Dark red oak finishing recommendations

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Forum topic by mummykicks posted 07-30-2013 06:46 PM 1636 views 0 times favorited 5 replies Add to Favorites Watch
View mummykicks's profile


109 posts in 1796 days

07-30-2013 06:46 PM

I’m building an art/drafting table for my daughter, and it’s going to be red oak/oak plywood. She of course wants it black, or maybe a really dark mahogany/red color.
I’m thinking stain with arm-r-seal (since I’ve heard good things about the general finishes stuff).
I don’t have a sprayer, so something wipe-on for both stain and top coat is preferred. I also don’t like cleaning brushes out, especially with oil based stuff.
I’ve heard decent things about the 1 coat stain/poly stuff that minwax offers as well.
I suppose I could paint it black, but that just feels wrong for some reason :-)

So any ideas are welcomed.

5 replies so far

View DrDirt's profile


4424 posts in 3736 days

#1 posted 07-30-2013 07:23 PM

You “Might” want to use a gel, for the red.
It can be a bit of a challenge to get plywood to take the same color as the oak lumber, just because there is only a very thin layer of red oak and its pores are often a bit “sealed” with glue from being layered up to make plywood.

If she really wants black, actually krylon spray paint does a pretty darn good job. If you don’t spray it thick, it soaks in and is like a combination of dye and stain.

With the Oak, the grain shows very well.

Others that make black furniture will use an alcohol or water based dye first. Then go over the piece with a pigment stain. Mainly because the dyes will fade to be more blue/gray in the sun. While the pigment particles in the stain will stay black. So the Stain+dye is more uniform over life.

Time for some test pieces.. especially to match ply with lumber.

Good luck

-- “The two most important days in your life are the day you are born and the day you find out why.” Mark Twain

View BTimmons's profile


2303 posts in 2479 days

#2 posted 07-30-2013 07:43 PM

”I’ve heard decent things about the 1 coat stain/poly stuff that minwax offers as well.”

If you’re referring to Polyshades, run. Run like hell and never look back.

-- Brian Timmons -

View mummykicks's profile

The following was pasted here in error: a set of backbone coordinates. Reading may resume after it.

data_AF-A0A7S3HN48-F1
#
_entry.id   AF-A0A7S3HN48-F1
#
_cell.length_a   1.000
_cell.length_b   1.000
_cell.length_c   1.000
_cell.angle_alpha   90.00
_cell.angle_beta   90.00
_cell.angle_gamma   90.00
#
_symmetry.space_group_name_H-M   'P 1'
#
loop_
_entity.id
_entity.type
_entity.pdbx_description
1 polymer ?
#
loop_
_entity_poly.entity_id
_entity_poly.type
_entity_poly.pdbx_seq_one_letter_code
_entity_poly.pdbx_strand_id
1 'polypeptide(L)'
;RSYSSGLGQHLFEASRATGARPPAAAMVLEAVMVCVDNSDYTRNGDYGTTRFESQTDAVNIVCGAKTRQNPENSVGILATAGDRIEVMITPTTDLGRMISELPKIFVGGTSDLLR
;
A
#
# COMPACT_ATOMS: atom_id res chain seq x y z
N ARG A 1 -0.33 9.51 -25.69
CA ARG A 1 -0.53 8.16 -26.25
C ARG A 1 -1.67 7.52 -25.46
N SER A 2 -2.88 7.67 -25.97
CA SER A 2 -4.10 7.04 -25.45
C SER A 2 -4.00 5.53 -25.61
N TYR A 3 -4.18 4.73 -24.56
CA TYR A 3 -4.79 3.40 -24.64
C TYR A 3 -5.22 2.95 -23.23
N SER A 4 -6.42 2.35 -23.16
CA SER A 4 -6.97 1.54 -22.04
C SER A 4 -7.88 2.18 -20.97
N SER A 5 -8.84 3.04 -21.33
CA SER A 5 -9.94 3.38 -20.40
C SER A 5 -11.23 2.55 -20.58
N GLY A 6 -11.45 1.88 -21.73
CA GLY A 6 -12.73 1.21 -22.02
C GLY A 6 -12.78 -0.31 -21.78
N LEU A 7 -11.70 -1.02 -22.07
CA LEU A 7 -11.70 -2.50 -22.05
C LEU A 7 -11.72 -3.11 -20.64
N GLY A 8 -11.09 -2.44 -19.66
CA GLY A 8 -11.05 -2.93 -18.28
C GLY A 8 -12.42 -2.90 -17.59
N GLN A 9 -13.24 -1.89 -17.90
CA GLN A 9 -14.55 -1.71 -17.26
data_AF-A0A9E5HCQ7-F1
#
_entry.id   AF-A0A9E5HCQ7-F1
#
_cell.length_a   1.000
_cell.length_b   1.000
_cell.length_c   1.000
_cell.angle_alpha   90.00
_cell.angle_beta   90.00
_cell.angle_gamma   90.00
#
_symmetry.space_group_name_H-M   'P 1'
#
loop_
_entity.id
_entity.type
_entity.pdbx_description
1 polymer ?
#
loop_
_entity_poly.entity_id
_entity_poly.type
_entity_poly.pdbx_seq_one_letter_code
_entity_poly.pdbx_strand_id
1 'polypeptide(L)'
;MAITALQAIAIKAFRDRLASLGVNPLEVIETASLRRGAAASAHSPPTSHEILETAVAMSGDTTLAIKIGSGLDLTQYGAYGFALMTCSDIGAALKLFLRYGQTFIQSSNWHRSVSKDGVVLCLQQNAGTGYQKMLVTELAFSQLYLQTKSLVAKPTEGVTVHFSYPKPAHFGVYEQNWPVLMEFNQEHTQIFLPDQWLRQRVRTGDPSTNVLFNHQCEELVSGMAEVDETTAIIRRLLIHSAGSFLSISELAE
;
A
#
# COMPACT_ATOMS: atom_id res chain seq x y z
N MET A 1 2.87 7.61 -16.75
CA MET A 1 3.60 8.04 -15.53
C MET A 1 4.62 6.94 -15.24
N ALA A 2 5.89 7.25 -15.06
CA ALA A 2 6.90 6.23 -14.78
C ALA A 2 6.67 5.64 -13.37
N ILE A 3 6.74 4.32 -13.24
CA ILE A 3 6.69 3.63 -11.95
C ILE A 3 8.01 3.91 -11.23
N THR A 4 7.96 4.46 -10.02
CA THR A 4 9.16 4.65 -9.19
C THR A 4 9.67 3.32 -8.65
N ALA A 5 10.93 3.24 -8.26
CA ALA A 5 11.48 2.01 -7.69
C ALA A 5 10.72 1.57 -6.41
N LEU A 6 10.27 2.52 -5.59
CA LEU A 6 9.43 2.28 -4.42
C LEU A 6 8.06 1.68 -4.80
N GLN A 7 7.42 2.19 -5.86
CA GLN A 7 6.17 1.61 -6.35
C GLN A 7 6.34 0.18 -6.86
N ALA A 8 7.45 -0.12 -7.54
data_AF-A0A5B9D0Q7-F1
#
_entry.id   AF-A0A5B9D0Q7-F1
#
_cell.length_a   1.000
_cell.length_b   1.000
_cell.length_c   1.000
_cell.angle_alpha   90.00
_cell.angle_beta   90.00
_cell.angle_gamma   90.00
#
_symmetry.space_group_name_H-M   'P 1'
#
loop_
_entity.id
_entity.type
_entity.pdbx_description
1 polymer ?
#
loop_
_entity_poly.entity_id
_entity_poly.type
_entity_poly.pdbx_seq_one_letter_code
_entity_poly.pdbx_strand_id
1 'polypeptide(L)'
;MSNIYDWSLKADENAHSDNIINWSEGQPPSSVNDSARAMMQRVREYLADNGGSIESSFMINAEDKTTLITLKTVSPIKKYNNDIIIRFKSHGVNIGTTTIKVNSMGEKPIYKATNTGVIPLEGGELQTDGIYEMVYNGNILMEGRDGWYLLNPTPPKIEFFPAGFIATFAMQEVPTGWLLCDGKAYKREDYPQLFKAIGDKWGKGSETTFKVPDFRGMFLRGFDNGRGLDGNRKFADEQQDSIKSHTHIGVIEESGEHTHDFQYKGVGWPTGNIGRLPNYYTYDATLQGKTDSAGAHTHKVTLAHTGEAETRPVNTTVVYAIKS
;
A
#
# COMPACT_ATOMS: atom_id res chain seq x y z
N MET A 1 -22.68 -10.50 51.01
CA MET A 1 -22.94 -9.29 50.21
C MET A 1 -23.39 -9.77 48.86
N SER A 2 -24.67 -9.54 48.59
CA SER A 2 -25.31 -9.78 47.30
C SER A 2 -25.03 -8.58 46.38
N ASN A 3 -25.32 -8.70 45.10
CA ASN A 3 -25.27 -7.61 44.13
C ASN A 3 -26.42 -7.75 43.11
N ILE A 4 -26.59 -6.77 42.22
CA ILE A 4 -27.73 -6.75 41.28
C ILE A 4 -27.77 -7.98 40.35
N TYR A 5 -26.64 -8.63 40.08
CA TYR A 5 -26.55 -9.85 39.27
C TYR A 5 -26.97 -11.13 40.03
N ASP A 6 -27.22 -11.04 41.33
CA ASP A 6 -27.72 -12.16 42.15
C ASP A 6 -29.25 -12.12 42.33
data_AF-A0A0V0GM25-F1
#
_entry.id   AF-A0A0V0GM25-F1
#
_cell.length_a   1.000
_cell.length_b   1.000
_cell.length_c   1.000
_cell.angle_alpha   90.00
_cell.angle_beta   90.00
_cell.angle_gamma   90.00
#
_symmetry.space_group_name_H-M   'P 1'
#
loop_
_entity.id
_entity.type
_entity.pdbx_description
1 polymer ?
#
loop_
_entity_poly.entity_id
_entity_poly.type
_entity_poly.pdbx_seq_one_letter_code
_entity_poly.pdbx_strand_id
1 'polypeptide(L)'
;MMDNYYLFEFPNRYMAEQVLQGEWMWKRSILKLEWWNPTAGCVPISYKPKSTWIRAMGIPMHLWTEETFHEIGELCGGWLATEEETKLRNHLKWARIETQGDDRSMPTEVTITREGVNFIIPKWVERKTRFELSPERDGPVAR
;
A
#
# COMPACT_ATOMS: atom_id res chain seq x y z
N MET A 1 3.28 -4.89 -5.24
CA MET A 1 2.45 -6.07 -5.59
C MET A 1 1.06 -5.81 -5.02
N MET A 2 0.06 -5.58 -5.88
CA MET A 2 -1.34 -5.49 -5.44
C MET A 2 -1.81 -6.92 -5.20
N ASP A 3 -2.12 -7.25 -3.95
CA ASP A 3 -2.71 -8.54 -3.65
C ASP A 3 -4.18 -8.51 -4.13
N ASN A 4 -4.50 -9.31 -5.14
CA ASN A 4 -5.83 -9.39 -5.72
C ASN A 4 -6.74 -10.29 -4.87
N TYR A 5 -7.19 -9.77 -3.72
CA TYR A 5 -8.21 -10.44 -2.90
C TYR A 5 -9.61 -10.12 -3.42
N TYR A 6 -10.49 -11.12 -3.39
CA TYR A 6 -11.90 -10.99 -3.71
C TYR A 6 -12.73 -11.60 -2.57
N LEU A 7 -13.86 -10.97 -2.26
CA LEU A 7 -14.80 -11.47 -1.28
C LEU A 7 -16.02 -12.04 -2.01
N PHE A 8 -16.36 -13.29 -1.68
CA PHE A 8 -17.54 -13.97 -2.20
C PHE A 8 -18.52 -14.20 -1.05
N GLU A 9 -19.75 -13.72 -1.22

109 posts in 1796 days

#3 posted 07-30-2013 09:12 PM

I guess I was referring to polyshades…thanks for the advice, I’ll avoid them.
I picked up a small can of general finishes black stain and cranberry red as an alternate. They looked about where I’d want them to on the in store samples. I’m definitely going to test. The gel stains didn’t appear to get dark enough, at least on the samples that were there. I’m guessing multiple coats and longer waits before the excess wipes would get them darker, but the oil based stains still seemed to have better color overall on both pine and oak.
One other question:
The general finishes gel stains appear to not require a topcoat?

View firefighterontheside's profile


18149 posts in 1850 days

#4 posted 07-30-2013 10:45 PM

To me a drafting table is going to need a pretty thick top coat such as numerous coats of polyurethane to fill the grain texture. I’m picturing her using a sharp pencil on one sheet of paper and the pencil following the grain lines. If it were me, I would get the color I wanted and then use at least three coats of oil based poly. If you apply it with a foam brush you can just throw one away after each coat and not have to clean brushes. Oil based poly will not dry quickly and will not hold the brush marks, especially from foam. Not drying quickly allows the poly to level itself. I use min wax oil based poly and have made tables with tops like glass after 4 coats.

-- Bill M. "People change, walnut doesn't" by Gene.

View AandCstyle's profile


3050 posts in 2251 days

#5 posted 07-30-2013 11:41 PM

I just completed these speaker stands. They are red oak and red oak veneer plywood. I applied 2 coats of black TransTint dye which gave me a deep Welch’s grape juice color, then I used 2 coats of Minwax Polycrylic Ebony stain, finally, I sprayed 3 coats of Target Coatings EM6000. The first 2 can be applied with a rag or disposable brush. You would need to use a wiping poly for the top coats. FWIW

-- Art

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